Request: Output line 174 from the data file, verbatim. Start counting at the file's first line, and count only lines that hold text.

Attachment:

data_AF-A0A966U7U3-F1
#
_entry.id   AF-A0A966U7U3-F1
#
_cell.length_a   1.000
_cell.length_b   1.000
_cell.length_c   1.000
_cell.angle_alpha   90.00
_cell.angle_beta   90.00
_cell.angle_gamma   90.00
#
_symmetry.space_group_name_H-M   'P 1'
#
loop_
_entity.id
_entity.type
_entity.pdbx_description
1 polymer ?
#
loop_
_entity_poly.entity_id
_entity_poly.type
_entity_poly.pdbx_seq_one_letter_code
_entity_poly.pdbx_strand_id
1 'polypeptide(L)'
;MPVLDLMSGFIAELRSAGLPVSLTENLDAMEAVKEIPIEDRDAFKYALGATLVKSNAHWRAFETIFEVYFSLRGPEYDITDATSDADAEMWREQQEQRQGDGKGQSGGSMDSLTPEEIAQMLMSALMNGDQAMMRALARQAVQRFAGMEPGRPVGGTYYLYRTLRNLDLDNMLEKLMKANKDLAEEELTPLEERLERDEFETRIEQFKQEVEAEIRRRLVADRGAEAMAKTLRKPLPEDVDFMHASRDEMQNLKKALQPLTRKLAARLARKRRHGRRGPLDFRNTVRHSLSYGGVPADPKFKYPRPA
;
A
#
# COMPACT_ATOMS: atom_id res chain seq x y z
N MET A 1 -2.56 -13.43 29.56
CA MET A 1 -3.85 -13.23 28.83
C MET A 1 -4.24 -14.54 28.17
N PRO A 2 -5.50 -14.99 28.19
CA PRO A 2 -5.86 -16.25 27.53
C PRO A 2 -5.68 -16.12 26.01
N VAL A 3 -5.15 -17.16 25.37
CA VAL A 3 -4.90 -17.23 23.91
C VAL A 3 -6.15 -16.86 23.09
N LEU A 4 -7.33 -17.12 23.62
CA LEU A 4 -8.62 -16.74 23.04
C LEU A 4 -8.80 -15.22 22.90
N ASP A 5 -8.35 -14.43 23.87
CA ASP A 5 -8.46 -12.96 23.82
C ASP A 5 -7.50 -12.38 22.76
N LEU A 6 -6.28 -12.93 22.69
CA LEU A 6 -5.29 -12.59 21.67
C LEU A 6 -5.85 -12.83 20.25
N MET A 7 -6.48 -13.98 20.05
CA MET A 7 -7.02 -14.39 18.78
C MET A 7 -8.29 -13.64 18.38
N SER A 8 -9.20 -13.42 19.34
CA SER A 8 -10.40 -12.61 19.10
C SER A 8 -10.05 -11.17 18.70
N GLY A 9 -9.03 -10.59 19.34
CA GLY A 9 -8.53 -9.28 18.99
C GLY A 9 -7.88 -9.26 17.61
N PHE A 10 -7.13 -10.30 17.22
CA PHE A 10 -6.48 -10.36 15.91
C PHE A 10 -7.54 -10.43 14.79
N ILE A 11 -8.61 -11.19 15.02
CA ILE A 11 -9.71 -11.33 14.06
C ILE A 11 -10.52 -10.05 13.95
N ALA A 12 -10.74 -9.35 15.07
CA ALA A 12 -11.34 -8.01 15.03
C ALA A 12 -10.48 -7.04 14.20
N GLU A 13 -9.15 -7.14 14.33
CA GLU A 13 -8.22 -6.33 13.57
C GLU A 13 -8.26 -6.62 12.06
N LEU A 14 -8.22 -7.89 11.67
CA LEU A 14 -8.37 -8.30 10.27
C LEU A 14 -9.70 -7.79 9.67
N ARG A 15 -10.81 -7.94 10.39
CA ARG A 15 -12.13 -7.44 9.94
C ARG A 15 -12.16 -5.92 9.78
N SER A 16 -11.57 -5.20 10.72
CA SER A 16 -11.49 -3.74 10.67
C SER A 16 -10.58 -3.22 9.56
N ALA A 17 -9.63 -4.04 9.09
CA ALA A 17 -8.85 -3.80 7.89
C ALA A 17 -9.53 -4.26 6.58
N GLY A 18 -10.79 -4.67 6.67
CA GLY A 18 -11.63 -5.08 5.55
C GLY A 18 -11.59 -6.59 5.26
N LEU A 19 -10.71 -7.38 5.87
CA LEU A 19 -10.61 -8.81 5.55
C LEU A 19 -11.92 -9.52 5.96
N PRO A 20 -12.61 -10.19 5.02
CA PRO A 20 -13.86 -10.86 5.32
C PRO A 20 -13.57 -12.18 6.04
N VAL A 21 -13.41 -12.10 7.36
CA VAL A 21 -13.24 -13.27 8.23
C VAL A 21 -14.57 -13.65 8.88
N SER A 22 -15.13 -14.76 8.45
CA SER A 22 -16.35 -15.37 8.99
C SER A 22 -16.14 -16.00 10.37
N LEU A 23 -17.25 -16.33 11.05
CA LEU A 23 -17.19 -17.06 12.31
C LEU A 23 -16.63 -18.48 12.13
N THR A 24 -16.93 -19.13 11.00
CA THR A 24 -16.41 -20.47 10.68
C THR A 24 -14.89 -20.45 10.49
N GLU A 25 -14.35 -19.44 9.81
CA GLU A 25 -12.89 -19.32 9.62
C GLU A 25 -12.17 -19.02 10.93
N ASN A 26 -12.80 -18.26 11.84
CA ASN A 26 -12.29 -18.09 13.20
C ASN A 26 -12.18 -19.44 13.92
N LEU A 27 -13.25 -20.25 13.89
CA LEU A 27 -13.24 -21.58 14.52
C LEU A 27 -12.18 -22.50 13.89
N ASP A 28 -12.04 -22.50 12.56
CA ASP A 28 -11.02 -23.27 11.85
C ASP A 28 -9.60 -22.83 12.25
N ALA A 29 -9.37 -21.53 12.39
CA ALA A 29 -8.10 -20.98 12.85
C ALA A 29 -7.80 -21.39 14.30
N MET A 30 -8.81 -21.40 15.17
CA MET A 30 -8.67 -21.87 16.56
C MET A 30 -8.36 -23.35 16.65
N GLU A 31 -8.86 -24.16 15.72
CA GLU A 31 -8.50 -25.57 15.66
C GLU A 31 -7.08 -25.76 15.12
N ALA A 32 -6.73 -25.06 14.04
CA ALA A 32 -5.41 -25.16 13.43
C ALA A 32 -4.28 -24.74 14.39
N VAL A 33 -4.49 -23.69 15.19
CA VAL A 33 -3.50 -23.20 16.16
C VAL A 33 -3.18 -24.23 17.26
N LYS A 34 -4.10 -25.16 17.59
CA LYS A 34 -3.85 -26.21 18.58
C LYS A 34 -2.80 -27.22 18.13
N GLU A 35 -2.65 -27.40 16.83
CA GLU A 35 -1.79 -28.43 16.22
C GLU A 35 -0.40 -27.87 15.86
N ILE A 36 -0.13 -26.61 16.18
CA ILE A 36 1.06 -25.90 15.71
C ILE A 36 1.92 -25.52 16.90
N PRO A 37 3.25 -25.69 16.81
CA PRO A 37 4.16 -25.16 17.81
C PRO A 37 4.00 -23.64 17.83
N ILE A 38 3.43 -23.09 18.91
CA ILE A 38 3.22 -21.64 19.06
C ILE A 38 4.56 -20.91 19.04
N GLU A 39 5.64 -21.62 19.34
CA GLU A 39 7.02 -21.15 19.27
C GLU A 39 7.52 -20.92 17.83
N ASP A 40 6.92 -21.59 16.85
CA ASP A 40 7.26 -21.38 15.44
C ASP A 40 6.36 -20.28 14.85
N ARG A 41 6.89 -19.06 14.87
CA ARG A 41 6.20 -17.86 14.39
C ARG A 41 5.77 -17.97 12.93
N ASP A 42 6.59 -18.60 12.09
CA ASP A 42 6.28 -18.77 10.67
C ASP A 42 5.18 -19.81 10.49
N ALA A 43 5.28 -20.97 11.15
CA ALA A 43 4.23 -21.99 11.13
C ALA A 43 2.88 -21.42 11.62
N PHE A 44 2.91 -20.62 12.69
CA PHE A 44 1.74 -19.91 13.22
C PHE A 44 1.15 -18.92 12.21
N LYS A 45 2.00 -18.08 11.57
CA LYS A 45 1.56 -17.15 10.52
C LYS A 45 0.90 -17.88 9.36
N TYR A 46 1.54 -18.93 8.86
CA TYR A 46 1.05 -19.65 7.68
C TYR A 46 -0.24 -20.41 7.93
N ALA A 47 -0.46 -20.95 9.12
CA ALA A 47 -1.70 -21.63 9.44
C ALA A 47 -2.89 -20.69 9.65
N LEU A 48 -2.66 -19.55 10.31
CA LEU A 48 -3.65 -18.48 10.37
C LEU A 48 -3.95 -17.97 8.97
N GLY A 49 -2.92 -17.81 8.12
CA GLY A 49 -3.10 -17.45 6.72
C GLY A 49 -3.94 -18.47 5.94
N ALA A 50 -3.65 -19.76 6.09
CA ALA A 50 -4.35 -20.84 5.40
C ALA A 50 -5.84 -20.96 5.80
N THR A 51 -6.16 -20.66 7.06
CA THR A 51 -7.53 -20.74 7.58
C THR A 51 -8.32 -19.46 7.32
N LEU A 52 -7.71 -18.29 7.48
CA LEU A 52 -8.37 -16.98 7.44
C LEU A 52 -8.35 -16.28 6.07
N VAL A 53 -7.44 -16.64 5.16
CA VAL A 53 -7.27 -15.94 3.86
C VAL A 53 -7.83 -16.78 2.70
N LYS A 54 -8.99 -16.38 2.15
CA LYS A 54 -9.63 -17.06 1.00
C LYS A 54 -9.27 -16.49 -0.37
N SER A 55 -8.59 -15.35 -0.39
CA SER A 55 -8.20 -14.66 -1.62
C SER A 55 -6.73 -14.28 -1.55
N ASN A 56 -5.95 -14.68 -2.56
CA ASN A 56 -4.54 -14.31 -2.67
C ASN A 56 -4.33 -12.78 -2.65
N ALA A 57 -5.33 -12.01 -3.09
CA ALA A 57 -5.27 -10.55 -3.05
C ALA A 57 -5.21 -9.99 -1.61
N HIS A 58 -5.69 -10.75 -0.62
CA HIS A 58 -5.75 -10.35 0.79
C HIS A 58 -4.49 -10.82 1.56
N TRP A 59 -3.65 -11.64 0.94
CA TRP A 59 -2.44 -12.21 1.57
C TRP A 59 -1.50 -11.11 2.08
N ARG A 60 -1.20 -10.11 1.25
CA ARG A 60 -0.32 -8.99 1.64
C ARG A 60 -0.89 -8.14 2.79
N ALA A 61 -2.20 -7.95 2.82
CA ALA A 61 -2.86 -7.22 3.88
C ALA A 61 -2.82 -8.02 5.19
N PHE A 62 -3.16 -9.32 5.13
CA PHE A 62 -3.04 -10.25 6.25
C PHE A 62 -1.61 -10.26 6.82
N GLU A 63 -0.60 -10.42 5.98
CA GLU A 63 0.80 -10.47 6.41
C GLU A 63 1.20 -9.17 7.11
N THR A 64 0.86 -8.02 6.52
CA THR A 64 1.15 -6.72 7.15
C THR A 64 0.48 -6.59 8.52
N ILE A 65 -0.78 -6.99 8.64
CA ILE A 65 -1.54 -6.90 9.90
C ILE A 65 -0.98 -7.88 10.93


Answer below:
C LEU A 48 -3.95 -17.97 8.97